Afternoon Delight

Some Questions

April 13, 2014

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Christopher Hitchens

 

In the matter of civil rights, it seems to me that my right to breathe air uncontaminated by cigarette smoke trumps any number of smokers”€™ rights (the same goes for my desire for silence over pop music), except for avoidable places where smokers should be allowed to foregather. I was sometimes faced with this problem in the prison in which I worked as a doctor. Smoking is obviously the principal cause of crime because virtually all criminals smoke; but very, very occasionally a prisoner who did not smoke would be received into the prison and request a smoke-free cell (there were usually two prisoners to a cell). Though I am not much of a fan of the concept of rights, beyond a very few elementary ones, I sympathized with him and thought this was his right, and therefore our duty to provide.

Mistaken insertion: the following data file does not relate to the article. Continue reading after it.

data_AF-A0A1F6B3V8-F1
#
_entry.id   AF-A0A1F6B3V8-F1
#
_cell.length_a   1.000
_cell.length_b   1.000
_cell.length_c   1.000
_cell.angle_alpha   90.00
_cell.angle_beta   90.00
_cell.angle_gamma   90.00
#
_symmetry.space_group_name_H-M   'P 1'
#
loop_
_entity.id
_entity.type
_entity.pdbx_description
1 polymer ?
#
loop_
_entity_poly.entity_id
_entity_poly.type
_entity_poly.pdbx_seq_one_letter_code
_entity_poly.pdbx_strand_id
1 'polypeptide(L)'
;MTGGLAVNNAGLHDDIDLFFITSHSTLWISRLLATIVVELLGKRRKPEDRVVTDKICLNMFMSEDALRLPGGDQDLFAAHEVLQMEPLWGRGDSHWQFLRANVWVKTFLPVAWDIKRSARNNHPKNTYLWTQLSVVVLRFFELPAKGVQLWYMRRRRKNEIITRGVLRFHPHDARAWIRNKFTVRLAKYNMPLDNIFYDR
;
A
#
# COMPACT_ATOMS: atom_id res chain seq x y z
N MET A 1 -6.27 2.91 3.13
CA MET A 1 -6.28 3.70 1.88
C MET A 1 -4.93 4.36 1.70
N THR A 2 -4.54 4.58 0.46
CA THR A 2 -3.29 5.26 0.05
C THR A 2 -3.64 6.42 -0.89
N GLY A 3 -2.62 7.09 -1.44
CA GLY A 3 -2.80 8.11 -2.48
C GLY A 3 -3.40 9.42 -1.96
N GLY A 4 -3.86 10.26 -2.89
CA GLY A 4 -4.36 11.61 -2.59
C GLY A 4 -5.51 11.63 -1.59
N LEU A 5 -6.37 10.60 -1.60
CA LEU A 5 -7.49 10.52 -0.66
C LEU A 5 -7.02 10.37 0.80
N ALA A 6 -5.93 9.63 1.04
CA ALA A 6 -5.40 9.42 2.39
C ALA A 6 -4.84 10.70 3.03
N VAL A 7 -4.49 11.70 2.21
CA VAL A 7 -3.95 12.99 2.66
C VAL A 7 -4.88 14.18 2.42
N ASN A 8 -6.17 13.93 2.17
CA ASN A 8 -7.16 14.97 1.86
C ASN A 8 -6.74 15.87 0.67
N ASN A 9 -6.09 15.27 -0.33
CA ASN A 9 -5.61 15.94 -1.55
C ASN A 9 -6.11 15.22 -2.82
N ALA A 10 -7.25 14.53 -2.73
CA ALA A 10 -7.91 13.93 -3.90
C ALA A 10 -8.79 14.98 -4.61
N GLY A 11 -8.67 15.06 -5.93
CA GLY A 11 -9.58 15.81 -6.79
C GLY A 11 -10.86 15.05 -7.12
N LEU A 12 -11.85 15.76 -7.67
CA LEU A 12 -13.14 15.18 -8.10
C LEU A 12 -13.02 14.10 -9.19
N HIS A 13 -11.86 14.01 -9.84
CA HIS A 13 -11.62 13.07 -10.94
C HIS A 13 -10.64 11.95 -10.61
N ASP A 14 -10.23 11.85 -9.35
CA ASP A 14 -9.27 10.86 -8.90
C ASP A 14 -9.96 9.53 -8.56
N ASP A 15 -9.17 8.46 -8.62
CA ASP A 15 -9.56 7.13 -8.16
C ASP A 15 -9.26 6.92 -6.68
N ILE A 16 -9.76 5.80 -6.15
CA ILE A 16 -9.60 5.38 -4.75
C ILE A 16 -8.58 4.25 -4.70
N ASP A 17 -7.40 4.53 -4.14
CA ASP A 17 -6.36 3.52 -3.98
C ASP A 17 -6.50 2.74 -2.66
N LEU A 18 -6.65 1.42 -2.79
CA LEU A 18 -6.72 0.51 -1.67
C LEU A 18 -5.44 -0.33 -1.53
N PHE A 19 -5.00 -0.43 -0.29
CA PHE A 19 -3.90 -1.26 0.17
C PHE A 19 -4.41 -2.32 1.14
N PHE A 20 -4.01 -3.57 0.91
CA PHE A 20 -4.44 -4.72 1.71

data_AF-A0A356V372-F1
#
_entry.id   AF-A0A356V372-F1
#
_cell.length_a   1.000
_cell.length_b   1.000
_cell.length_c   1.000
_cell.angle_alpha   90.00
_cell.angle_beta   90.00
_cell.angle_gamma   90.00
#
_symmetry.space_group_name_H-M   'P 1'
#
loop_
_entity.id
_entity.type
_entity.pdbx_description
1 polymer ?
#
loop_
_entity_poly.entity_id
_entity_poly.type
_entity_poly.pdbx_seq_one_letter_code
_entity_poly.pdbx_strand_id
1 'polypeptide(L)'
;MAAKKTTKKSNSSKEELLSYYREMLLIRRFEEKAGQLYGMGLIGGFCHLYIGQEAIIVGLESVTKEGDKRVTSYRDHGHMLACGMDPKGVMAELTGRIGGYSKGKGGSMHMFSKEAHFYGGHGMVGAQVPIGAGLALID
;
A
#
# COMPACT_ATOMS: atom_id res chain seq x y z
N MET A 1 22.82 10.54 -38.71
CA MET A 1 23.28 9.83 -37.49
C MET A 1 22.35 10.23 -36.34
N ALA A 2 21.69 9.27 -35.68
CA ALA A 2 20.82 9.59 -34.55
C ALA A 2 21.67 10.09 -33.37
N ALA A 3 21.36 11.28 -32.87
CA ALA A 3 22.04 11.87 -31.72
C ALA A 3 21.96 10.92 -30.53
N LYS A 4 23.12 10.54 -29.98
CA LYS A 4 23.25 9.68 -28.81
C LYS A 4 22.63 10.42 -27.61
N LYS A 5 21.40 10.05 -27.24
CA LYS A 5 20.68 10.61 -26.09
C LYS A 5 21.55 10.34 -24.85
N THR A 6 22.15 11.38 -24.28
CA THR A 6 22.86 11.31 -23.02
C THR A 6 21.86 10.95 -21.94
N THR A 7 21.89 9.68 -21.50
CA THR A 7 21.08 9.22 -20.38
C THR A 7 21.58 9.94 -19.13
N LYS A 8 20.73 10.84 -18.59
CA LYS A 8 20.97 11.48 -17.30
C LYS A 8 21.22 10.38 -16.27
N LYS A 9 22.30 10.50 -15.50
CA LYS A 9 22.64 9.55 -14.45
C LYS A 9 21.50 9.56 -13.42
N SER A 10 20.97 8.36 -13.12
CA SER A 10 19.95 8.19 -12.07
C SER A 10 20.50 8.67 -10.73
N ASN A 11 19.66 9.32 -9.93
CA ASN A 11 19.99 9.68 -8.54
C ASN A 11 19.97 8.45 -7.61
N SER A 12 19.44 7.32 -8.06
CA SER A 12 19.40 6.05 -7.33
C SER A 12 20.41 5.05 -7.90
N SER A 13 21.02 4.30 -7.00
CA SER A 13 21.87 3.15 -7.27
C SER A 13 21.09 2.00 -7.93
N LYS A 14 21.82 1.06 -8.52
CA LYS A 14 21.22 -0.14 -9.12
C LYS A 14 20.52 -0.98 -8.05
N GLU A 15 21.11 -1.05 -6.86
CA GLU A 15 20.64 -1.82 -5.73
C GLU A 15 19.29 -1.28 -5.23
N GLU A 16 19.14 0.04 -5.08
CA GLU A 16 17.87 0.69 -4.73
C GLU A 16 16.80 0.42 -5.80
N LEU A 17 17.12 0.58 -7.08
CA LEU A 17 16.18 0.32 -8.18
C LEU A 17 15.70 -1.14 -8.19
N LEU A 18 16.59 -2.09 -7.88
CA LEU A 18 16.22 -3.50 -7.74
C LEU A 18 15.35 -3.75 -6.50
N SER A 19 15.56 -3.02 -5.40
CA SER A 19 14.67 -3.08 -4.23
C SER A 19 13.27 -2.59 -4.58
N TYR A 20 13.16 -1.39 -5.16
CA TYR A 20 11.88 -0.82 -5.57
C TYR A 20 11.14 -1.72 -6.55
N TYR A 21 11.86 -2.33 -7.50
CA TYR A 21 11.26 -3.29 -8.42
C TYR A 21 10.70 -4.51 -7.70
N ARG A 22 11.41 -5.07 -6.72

I hasten to add that my objection to smoke is purely aesthetic and has nothing to do with its health effects, not even planetary. 

Some years ago I reviewed a book of essays by the late Christopher Hitchens. He detested the then mayor of New York’s crusade against smoking in public places, which he considered tyrannically puritan, and decided to break the law in protest. Smoking had been banned in all restaurants in the city (the single greatest improvement in gastronomy, in my opinion, though I still think there should be restaurants where smoking is allowed), and Hitchens decided to risk martyrdom by lighting up, first asking the people at the next table whether they minded. They said they did not. 

What was interesting to me about Hitchens”€™ account of this episode was that he showed absolutely no awareness that his question was not a neutral one, that it was not a question to which everyone would give a true answer. It seems that he was insufficiently tuned, as it were, to the complexities of human social intercourse to realize that for most people the desire not to offend, not to disoblige or to cause a scene, would far outweigh their desire not to be inconvenienced by smoke, much as they might not like smoke. In nine cases out of ten, Hitchens”€™ question would be a bullying one. 

And this is what political correctness is”€”a form of bullying. Have you stopped beating your wife yet? Answer me yes or no.        

 

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